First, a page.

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Keep calm and carry on

Our Western culture values the idea of activity – being busy is a badge of honour with people listing the number of things they have scheduled in a day with pride. This is arguably the worst way to approach your investing life.

When markets are volatile and especially when they are losing value, it is tempting to do something about it and that something is often to sell to take away the pain of losing money. This behaviour is rooted in our ‘fight or flight’ instincts. In the case of investment markets, fighting isn’t possible, so we choose the flight option. If we can just access our rational minds in these moments, the data shows clearly that selling out when markets are falling is poor decision-making.

The chart below shows this over several timeframes. No matter the time period, investor returns for equity funds lag the market by a margin which exceeds any level of fees paid to access the market. Investors tend to get in the way of themselves by reacting with fear or exuberance to short-term movements in the market. Working with a trusted investment adviser can help investors to stay the course.



Even after large declines, which can test the mettle of the calmest investor, selling out of the market is a mistake. The table below from BlackRock using Morningstar data shows the largest one-day losses in the S&P500 since 1950 and the return one year later. In almost every case, the investor who reacted missed an excellent recovery. Over the last century, the stock market has returned about 10% per annum.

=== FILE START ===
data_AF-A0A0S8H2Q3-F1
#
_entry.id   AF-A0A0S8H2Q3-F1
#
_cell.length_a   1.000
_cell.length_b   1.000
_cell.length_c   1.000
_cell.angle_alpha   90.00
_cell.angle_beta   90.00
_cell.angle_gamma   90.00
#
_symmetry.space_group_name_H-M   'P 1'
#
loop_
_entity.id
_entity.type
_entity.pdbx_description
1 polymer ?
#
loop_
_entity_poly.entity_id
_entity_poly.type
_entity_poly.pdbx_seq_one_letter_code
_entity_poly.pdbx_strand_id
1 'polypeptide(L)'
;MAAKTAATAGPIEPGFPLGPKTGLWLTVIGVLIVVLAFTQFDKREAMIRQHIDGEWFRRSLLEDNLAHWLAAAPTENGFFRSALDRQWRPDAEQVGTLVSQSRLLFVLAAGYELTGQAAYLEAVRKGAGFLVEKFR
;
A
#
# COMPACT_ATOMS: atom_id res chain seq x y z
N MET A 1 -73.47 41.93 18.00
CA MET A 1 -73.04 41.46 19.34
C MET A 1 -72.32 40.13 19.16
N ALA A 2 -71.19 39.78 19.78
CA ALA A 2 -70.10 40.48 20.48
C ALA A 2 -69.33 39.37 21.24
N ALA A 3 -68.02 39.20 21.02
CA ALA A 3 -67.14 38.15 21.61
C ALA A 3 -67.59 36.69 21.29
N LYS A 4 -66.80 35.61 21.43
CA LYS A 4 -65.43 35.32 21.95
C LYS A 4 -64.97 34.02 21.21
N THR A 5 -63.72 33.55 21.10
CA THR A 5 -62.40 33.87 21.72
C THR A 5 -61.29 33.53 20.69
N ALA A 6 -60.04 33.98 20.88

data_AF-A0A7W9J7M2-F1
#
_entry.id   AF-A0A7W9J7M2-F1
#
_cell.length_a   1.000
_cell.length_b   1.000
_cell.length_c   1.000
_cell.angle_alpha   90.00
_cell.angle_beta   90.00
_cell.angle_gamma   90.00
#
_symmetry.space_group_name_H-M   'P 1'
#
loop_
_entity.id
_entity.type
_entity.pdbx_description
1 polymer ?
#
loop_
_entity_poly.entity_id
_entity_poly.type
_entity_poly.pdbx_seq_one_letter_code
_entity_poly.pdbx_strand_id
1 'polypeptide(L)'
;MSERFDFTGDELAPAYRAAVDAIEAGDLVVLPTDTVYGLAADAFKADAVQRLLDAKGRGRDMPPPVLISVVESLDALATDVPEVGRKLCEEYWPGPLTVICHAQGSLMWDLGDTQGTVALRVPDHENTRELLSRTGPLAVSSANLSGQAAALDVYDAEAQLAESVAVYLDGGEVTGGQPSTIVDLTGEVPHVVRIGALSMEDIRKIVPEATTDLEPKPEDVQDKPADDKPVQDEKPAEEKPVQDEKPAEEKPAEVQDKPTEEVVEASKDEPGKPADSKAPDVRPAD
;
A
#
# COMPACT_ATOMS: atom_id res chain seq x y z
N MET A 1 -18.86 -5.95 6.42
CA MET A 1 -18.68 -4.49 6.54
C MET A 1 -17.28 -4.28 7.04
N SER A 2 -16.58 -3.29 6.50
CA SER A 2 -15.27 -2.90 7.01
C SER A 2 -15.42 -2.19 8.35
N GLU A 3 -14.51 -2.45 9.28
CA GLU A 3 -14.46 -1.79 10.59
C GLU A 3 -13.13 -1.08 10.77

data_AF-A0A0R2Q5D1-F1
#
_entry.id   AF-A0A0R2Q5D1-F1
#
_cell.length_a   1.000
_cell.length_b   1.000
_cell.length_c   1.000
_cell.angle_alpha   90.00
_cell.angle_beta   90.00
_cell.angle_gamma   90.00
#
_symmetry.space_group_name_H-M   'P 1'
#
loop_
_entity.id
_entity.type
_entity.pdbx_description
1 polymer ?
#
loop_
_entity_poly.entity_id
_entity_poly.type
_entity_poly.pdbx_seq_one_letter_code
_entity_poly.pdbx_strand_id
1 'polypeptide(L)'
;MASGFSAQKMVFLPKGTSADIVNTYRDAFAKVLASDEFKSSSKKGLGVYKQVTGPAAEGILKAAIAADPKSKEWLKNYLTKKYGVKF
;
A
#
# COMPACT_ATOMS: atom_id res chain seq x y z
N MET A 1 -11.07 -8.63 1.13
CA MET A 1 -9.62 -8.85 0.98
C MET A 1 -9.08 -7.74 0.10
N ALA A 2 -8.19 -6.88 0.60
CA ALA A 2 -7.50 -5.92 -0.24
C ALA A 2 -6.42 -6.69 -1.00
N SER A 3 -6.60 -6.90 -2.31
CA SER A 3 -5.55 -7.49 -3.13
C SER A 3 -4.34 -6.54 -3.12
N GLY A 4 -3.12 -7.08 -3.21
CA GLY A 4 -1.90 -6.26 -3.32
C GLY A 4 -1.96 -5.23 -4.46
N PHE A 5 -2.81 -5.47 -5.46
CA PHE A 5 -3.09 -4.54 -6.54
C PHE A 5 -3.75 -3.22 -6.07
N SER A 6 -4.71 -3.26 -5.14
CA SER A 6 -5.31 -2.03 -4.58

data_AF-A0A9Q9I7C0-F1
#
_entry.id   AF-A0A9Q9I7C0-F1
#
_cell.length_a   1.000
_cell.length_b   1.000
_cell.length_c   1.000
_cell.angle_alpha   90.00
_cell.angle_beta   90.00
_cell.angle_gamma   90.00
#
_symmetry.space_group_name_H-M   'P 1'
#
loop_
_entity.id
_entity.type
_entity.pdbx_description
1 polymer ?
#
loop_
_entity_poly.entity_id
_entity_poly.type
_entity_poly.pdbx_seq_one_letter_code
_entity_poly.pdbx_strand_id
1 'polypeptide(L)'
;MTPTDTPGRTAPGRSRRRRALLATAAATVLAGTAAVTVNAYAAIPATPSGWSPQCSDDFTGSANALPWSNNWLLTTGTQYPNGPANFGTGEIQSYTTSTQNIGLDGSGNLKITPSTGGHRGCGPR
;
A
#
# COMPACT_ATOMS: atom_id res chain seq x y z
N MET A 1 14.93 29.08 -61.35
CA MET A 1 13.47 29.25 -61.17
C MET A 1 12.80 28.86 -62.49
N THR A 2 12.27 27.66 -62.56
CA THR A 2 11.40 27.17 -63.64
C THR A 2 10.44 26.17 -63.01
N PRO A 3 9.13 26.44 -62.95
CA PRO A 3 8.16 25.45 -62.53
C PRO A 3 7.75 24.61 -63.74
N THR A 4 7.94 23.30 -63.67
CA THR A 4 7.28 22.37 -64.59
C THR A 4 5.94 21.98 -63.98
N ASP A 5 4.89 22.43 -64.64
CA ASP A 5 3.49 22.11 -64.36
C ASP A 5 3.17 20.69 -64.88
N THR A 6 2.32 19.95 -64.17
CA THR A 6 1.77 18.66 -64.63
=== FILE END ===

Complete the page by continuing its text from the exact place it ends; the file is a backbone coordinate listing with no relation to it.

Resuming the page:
Source: BlackRock, Inc


Your portfolio should be constructed with your own personal financial goals and cashflows in mind, and should account for your individual risk tolerance, be low cost, well-diversified, and optimised for your tax situation. If this is the case, then there should be no reason to make any changes unless your circumstances change.

So, what can you do to help yourself keep calm and carry on in times of market turmoil? Talk things over with your adviser if you are concerned – two heads are better than one. Step away from the media noise to allow clear, rational thinking. Don’t check your portfolio too often. Remember that over the last century, the stock market has returned about 10% per annum and it is only by being in the market that you can capture its returns fully.

The Puritan work ethic that our capitalist system is built upon may lead you to feel you are being lazy or not diligent by doing nothing about a portfolio that is losing value but redirecting those energies to that same Puritanical idea of discipline will serve you much better. Go and perfect the golf swing, take up a new hobby, and leave the markets to work their magic of turning human ingenuity into returns on capital.

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